By on July 2, 2015


The Detroit Bureau is reporting that even though June was a record sales month for many automakers, many of those sales were partly fueled with record incentives from the manufacturer.

Buyers could get up to $8,000 knocked of the price of a Kia K900 or up to $7,000 off of Ford hybrids or electric cars — even $8,000 for the 2015 Ford C-Max Energi.

Despite the higher-than-normal incentives, the Detroit Bureau reported that the Average Transaction Price for a new car in June was $31,848, up around 1 percent over last year.

Two automakers increased spending on their incentives by more than 30 percent over the same time last year — Nissan and Hyundai. As a percentage of incentives offered to ATP, Kia (11.7 percent), Hyundai (10.5 percent), Nissan (10.3 percent), GM (10.2 percent) and FCA (10.2 percent) were the biggest spenders last month.

As expected, many of the heavily incentivized cars were slow-moving models or cars with narrow appeal, which automakers could immediately offset by selling massive amounts of huge crossovers with equally huge margins.

Get the latest TTAC e-Newsletter!

33 Comments on “Record Sales Pace Partially Fueled by Record Incentives...”

  • avatar

    Mrs. Hreardon ended up a swanky new JGC Altitude thanks to some ridiculous incentives totaling around $6500 two weeks ago. Love the truck.

    • 0 avatar

      I wasn’t aware FCA would even *offer* incentives on its best-selling vehicle like that. Congrats.

      • 0 avatar

        Well, let me be clear: between incentives and negotiations we dropped $6500 off of sticker. Incentive for June, incentive for educators, incentive for Jeep convert, etc.

        • 0 avatar

          Incentives for being a human adult with a driver’s license and pulse?

          • 0 avatar

            Fair point. As Mister DeMuro said: “…Chrysler, who would finance a stray dog as long as it doesn’t pee in the showroom.”

          • 0 avatar

            You’re thinking of Mitsubishi.

          • 0 avatar


            I was skeptical of Chrysler’s deals on the 300, JGC, etc. The dealer by my work really is leasing 300s with AWD for $268/month with $0 down. My neighbor just replaced his Charger R/T AWD (which they no longer make) with a 300S with AWD and the V8 for less than what he was leasing his Charger for.

      • 0 avatar

        It’s entirely possible to get into a 39k MSRP Grand Cherokee for 31k and a few hundreds now, plus TTL.

        That’s about $1,900 less than on an lesser equipped version I was dealing on back in 2012.

        I know people who’ve gotten 14k off MSRP on a Silverado (45k MSRP) and 7k off a 39k 2015 Hyundai Genesis 3.8 in just the last two weeks, and neither one had to bargain very hard or long.

  • avatar

    I love you all dearly, I do, but if I see that stock image—or a variant thereof—*one* more time…

    $8,000 off of a C-Max Energi would make it hard not to at least give it some consideration.

    Oh, and welcome to TTAC, Aaron, if I didn’t do it already :)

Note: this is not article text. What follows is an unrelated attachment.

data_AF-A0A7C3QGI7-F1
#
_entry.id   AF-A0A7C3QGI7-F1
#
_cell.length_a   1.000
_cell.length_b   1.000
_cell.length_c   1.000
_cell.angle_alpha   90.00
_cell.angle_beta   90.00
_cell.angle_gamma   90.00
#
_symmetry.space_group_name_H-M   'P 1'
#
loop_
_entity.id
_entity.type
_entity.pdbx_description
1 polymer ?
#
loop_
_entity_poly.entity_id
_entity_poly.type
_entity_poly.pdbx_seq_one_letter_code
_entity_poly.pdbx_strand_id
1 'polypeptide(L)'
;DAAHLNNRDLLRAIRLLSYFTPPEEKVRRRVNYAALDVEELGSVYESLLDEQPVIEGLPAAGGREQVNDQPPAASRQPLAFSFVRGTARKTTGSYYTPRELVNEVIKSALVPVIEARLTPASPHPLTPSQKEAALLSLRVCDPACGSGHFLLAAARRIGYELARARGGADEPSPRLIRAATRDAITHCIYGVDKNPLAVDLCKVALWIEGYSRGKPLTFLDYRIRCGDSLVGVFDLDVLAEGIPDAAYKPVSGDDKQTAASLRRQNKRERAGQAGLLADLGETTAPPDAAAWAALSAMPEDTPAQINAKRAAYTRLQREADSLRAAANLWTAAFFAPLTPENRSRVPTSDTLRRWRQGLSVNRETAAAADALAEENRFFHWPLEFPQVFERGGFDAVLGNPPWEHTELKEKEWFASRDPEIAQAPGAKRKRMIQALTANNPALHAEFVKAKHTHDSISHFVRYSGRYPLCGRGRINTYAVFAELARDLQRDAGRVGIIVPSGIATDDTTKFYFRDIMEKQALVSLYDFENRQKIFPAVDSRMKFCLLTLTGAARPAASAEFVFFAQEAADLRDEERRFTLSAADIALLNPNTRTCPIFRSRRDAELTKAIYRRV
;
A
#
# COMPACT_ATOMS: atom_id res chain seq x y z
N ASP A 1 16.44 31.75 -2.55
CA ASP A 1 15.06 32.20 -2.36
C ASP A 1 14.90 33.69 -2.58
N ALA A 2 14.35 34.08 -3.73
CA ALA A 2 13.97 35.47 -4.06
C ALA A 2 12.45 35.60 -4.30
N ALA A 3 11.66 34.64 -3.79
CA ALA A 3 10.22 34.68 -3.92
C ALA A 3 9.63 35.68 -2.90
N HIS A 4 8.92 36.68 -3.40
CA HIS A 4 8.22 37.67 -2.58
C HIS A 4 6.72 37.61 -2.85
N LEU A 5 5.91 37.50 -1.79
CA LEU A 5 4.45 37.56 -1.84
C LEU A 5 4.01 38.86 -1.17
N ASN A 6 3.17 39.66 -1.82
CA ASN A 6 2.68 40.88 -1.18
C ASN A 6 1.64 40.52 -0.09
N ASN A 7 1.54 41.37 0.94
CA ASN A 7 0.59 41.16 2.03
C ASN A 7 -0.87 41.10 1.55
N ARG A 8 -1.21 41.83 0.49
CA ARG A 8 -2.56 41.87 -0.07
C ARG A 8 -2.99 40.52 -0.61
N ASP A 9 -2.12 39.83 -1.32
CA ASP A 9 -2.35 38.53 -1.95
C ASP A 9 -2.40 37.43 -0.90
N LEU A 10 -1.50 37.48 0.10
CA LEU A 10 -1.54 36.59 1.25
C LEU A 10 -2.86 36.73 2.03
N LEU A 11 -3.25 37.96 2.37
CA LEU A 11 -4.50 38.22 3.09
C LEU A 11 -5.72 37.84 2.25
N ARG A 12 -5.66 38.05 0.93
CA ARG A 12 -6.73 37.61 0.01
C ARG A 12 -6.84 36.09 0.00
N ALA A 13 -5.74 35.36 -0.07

• 0 avatar

      It’s $8007 off on a lease. $2500 on a buy. On the buy, you take care of the $4007 tax credit yourself.

      • 0 avatar

        I see. There are only two reasons I’d lease a car:

        1) It’s a dirt cheap mode of transportation for a few years (and it still needs to have some level of allure; I don’t want a Jetta S with a 5-speed)

        2) It’s something I wouldn’t want to own long-term (I would, for example, lease a BMW X5, and then wash my hands of it and its impending nightmares after 36 mos.)

        The C-Max, I’m not sure about. It’s certainly something I wouldn’t be afraid to own for several years…but the lease may be really inexpensive if you consider the plug-in hybrid factor. If nothing else, I already have a good all-around car, but again, I’d look at a C-Max if I needed a commuter with plenty of space. Even though the C-Max is kind of funny-looking (and even though they didn’t give us the Grand C-Max that I really wanted), I like it better than the Escape, which has too many misplaced creases and fake vents.

        • 0 avatar

          As you know, I own a C-Max and really like it. I keep trying to justify replacing it (it’s the most boring car I’ve owned in awhile), but my wallet won’t let me.

          I’m getting 40+ MPG, it’ll be paid off next year, I already have winter tires/wheels for it, I just replaced the tires with longer life all-seasons, the brakes have almost zero wear, there is no scheduled maintenance besides tire rotations and oil changes for another 50K miles, it’s great for small families (1-2 kids), and I enjoy it as a commuter.

          It’s boring compared to the GTI and Focus ST preceded it, but it’s a better car to own on a daily basis. My GTI felt tired at 45K miles (creaked and groaned like an old man). My Focus ST was better, but it lacked space in the trunk and rear seat. I hated driving it with an infant. It was also a car that didn’t drive calmly. It was never a leisurely drive to work.

          • 0 avatar

            I can’t believe how cheap the used C-max energi models are, I’m seeing 10-12K models all over the Southeast with a nice level of equipment.